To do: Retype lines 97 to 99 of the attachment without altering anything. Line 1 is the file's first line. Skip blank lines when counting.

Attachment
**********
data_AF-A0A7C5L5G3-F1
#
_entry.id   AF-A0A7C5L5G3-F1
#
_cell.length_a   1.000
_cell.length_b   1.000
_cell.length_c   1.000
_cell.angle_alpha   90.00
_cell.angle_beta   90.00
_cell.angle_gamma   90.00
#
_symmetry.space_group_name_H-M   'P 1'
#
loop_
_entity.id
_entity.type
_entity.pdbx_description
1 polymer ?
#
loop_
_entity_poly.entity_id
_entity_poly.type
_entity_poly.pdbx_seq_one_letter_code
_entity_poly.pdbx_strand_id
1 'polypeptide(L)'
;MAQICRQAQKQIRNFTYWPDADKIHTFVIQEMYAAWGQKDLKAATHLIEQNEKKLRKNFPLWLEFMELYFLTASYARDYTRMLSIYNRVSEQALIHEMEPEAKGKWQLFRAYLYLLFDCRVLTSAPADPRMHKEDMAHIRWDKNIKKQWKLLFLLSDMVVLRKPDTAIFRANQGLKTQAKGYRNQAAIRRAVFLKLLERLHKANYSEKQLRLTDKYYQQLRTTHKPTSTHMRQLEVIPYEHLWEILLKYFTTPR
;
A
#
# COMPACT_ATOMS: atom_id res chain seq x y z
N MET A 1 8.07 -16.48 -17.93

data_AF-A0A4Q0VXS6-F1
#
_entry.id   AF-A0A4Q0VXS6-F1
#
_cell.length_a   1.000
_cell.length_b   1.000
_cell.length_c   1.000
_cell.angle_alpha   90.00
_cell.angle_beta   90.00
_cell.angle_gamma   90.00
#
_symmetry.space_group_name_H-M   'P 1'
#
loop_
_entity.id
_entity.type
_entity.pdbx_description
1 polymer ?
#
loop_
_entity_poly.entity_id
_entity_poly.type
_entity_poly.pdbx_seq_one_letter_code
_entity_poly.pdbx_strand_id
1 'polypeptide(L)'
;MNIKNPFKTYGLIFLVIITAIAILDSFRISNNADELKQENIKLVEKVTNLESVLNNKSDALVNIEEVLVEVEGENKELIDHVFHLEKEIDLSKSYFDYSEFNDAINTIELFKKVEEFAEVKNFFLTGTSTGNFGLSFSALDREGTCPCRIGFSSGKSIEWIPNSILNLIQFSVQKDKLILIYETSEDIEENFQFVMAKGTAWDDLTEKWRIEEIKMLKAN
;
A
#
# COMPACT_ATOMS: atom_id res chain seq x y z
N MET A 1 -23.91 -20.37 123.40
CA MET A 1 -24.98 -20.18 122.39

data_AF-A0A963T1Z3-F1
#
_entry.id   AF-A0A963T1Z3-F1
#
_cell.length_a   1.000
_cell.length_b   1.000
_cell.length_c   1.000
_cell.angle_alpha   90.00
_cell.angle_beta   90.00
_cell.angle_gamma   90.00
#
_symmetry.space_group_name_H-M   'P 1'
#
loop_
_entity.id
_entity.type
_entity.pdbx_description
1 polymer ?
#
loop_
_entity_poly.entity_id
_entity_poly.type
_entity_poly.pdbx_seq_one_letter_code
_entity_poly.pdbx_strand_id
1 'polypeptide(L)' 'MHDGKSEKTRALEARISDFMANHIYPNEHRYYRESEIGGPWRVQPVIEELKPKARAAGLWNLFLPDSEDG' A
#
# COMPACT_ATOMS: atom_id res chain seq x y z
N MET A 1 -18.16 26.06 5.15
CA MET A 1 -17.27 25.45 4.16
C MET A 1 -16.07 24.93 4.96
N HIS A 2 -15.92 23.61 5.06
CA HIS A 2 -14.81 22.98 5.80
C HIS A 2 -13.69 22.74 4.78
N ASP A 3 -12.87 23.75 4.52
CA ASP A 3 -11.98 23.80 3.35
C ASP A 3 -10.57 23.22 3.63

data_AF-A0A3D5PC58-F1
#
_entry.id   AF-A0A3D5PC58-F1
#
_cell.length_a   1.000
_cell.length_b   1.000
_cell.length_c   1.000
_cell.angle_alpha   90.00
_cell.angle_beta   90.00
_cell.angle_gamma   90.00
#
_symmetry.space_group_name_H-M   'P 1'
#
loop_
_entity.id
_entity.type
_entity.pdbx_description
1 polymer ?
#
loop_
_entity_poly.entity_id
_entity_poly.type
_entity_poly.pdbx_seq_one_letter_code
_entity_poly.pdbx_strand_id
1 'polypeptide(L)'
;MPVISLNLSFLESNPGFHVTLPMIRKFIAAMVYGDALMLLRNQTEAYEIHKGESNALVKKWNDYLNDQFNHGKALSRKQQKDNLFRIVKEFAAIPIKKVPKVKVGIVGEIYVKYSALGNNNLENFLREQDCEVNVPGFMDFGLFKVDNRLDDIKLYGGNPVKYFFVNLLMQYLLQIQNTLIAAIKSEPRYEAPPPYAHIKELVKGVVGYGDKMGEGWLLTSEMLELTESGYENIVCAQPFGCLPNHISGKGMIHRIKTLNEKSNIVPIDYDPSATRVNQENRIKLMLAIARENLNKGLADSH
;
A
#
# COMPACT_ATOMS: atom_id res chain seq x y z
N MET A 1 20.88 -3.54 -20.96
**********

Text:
N ASP A 3 -12.87 23.75 4.52
CA ASP A 3 -11.98 23.80 3.35
C ASP A 3 -10.57 23.22 3.63